West Virginia football DL Stills looking to not be overlooked any longer
Darius Stills is used to be overlooked. To date, his experiences on the football field have practically been molded by it.
A three-year starter and two-time all-state selection just down the road at Fairmont High School, the defensive lineman often found himself in the shadow cast by his younger brother Dante.
That’s because the younger Stills was already collecting major scholarship offers as a sophomore in high school while Darius didn’t receive one until the summer before his senior year. Despite being the bigger brother, Darius was not gifted the same frame as Dante despite his excellent motor on the field.
Even home-state West Virginia offered Dante but didn’t pull the trigger on Darius following a prospect camp in Morgantown that both attended.
“You offered my brother in front of my face you didn’t offer me,” Stills recalls.
At first it was admittedly irritating being the older brother and not seeing the attention but he soon embraced the role and used it to light a competitive fire inside of him. He embraced that the road would be more difficult but never once wanted to switch places. He was writing his own story.
So Stills, as he’s come to do over the years, didn’t dwell on things and instead got back to work.
“Instead of getting all sad about it and everything I’ve just put a chip on my shoulder and try to prove everybody wrong,” he said.
Of course a scholarship offer from Rutgers did eventually find him after yet another camp performance and he committed to the program. That was where he expected to spend his college career until the unexpected happened from a place near and dear to his heart.
A few days later, the Mountaineers gave him the opportunity he had dreamt of his entire life by also extending an offer which he would accept. Admittedly backing away from Rutgers, the school to first offer him, is what Stills refers to as the hardest thing he’s ever had to do.
Ultimately, the draw of staying close to home and playing at the school his father Gary suited up at was too much to pass up. It had been something that Stills had hoped for since an early age.
Still, the work was just beginning.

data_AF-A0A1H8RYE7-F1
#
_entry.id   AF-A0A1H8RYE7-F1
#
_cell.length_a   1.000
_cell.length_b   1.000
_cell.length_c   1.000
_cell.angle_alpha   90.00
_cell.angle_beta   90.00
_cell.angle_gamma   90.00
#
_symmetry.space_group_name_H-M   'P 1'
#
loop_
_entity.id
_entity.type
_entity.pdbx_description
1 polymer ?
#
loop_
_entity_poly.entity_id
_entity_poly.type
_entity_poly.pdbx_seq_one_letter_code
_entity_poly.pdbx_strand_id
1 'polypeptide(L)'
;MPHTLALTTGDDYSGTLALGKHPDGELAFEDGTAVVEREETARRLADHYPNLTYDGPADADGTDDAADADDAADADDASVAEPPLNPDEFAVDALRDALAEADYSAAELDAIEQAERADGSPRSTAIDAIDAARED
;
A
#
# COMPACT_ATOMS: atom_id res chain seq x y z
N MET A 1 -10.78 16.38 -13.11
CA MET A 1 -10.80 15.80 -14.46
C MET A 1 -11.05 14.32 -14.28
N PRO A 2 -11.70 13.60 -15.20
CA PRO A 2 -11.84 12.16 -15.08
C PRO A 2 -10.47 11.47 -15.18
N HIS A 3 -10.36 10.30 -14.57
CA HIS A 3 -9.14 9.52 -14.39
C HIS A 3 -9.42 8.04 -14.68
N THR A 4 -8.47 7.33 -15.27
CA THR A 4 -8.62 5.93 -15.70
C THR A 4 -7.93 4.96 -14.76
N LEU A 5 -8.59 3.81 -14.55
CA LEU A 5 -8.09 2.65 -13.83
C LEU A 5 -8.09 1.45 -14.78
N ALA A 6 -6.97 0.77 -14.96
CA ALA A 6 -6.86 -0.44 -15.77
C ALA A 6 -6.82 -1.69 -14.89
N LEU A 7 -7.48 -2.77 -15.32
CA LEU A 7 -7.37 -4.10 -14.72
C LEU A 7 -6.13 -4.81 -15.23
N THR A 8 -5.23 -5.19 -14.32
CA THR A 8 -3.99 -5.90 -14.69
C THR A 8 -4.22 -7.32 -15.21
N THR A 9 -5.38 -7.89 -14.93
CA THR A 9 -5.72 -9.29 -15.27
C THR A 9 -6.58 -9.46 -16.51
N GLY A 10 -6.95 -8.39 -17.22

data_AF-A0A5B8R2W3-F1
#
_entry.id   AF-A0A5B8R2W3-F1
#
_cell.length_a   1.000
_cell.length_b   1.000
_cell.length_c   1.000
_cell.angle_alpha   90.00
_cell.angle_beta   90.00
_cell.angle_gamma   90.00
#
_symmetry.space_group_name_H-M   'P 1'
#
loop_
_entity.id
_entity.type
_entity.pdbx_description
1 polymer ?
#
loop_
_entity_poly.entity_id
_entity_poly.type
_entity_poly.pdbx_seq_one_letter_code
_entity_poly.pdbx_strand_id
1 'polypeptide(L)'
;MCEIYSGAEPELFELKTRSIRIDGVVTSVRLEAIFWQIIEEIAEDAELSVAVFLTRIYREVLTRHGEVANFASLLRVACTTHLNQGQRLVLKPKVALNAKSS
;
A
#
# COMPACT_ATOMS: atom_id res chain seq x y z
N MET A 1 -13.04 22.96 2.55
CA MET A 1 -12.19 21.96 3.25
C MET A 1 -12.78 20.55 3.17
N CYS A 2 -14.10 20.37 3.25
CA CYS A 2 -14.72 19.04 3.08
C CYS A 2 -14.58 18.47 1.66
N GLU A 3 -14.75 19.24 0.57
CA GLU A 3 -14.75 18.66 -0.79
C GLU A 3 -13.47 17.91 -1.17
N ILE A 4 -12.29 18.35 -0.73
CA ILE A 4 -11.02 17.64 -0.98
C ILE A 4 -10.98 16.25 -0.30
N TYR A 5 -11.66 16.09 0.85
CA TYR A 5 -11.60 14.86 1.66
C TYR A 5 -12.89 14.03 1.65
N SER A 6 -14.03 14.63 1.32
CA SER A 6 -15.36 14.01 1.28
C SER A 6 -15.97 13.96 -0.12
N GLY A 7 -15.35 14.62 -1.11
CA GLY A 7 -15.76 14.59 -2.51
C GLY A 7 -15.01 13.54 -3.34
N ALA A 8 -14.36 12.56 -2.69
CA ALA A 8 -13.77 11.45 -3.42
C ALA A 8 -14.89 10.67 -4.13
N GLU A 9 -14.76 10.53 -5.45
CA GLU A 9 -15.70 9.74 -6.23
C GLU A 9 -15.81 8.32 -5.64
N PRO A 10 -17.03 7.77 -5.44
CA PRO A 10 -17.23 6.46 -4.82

Stills made the most of the opportunity and saw the field as a true freshman before taking things ever further and playing over 300 snaps as a sophomore last year. Still, that chip on his shoulder continued to grow as some doubted what he could do at the college level.
Some would be happy with what they had accomplished, but Stills felt differently.
“Haven’t proved it yet. I feel like I haven’t done anything yet,” he said. “I personally don’t feel like I’ve achieved my goals yet. I’ve done a lot compared to other people but I feel like I haven’t lived up to my own potential yet and I’m working on that.”
So he did what he does best.
Stills changed his body dropping around 15-pounds to become faster and stronger making the move from the zero to the one technique in the new defense brought over by coordinator Vic Koenning.
“I think I’ve improved everywhere. I’m kind of tired of people believing I can’t do what other people can because of where I’m from or whatever,” he said.
His younger brother Dante would also eventually follow him to Morgantown after a high-profile recruitment and has seen things from the other side of the coin. He understands all too well that being doubted has been a fuel for Darius since an early age.
“He’s been overlooked his whole life for no reason and I feel like he has something to prove,” he said. “And he will prove it.”
Stills is now one of the most experienced defensive linemen returning for West Virginia this fall and while there are still some doubters out there, none of those are in the locker room with him. The junior has become a centerpiece to what the program wants to do on the defensive line this fall.
The new scheme, which asks for linemen to attack, is more of a fit for what Stills brings to the table and he has focused on his hands and getting off the ball. The scheme asks for linemen to be more aggressive and move around showcasing athleticism up front.
Stills hopes to step out of any shadows this fall and become a force for the Mountaineers up front. Those close to him certainly aren’t doubting him.
“He’s one of the fastest d-linemen on our team, strongest d-linemen on our team, most athletic – I cannot see him not on the field,” his younger brother Dante said. “I know how hard he’s going to go.”
His position coach Jordan Lesley believes that in order to be an effective defensive lineman having a chip on your shoulder is a almost a necessity.
"He's like a lot of 6-foot-1 guys. I hope he does have that chip," he said.
The in-state native has come a long way since being overlooked in high school but realizes that there is still a lot of work left to be done if he wants to continue to change perceptions.
“The best revenge is proving somebody wrong. That’s just how I operate every day,” he said.
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